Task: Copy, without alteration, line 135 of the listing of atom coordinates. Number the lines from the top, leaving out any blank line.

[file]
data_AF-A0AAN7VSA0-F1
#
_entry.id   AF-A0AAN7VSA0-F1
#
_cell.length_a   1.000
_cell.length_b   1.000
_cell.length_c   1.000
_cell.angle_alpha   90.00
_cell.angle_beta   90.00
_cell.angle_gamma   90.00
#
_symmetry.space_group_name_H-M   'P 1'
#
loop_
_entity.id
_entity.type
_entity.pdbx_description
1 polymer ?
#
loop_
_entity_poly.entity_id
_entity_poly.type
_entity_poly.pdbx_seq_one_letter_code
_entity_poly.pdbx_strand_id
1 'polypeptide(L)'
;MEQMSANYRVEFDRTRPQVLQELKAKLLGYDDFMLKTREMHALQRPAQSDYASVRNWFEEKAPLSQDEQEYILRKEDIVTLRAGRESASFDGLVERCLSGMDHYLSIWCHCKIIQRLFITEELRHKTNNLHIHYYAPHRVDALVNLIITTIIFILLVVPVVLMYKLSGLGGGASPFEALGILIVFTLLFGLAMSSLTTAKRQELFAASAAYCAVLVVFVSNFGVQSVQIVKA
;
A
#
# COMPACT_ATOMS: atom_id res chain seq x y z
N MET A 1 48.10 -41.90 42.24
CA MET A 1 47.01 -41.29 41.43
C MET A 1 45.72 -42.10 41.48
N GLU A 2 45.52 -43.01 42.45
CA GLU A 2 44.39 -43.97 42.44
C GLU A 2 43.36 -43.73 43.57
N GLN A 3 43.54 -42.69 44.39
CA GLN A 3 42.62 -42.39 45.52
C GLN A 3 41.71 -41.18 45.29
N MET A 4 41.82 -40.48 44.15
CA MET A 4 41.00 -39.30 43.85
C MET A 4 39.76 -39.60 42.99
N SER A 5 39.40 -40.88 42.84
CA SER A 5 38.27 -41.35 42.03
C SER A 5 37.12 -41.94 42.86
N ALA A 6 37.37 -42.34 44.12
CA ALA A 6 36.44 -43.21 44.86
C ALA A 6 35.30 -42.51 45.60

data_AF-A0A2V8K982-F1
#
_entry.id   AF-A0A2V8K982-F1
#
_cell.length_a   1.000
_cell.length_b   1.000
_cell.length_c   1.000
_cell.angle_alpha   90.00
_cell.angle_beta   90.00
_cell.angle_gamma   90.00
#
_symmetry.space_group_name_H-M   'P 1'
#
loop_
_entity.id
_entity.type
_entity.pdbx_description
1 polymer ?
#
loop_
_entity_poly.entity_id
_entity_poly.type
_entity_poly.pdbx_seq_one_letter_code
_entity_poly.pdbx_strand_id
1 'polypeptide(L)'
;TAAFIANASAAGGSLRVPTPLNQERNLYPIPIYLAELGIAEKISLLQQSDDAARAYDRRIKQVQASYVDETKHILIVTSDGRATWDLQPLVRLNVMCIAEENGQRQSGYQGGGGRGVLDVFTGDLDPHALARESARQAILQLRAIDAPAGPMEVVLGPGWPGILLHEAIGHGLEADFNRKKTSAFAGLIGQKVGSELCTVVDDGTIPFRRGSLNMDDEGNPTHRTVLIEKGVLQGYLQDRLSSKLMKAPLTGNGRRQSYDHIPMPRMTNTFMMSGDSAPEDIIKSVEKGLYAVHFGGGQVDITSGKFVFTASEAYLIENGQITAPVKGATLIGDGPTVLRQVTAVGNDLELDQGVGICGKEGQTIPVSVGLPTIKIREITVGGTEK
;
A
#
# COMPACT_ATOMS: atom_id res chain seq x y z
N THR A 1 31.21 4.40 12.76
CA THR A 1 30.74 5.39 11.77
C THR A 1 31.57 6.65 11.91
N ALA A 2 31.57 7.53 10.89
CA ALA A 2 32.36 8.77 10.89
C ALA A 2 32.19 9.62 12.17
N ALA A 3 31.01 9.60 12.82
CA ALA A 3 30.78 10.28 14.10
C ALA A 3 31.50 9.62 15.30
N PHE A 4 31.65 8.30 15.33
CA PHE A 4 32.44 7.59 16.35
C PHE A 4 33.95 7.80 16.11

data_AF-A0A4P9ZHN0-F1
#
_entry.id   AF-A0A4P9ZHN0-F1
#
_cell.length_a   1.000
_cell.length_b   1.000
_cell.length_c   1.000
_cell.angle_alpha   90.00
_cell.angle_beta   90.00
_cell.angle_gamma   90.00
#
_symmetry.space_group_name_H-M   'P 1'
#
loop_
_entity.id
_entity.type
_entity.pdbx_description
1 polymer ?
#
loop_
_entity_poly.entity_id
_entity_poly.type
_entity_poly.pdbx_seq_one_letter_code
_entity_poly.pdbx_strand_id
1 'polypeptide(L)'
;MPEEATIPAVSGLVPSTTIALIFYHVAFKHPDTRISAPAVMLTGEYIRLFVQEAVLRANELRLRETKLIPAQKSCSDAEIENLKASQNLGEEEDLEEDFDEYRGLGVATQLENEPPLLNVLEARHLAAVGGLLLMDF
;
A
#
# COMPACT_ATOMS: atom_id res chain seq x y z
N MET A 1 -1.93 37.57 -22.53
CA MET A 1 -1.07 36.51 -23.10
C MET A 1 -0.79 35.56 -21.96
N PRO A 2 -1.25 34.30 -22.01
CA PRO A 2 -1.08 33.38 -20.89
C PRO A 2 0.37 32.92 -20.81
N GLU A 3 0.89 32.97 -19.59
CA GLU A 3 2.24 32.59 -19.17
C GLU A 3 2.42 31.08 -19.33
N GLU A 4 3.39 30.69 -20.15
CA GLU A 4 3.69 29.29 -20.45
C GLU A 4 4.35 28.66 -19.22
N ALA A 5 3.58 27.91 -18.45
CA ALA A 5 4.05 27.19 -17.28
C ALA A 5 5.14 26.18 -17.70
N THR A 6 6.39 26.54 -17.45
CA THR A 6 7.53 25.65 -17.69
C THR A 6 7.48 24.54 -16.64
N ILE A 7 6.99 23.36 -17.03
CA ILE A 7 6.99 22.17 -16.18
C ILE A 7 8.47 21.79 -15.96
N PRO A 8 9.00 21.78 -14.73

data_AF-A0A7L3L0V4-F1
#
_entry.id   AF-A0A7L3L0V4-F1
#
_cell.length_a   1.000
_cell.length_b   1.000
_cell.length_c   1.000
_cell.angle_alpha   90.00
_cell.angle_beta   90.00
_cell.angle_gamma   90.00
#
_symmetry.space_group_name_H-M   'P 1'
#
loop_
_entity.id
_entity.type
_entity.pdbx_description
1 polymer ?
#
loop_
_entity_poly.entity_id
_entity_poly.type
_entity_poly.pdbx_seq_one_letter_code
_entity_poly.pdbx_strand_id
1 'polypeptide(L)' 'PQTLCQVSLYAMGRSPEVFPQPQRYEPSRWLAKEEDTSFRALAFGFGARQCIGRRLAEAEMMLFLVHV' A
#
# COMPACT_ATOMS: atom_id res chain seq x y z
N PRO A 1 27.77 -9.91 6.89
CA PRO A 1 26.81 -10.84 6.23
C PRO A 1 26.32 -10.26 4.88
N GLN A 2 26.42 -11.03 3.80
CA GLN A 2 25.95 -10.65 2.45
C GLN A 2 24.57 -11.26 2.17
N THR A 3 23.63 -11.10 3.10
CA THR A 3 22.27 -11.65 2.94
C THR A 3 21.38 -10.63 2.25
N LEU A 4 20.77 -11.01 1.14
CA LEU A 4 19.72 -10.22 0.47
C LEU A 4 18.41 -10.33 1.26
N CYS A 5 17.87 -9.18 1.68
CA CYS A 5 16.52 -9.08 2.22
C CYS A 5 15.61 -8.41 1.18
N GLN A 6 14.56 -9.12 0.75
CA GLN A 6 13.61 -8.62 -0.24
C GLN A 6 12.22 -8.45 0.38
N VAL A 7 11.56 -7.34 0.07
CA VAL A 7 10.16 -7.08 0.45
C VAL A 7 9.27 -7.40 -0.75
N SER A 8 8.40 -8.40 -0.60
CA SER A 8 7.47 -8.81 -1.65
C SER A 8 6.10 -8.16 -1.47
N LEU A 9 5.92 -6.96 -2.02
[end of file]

C ALA A 5 5.14 26.18 -17.70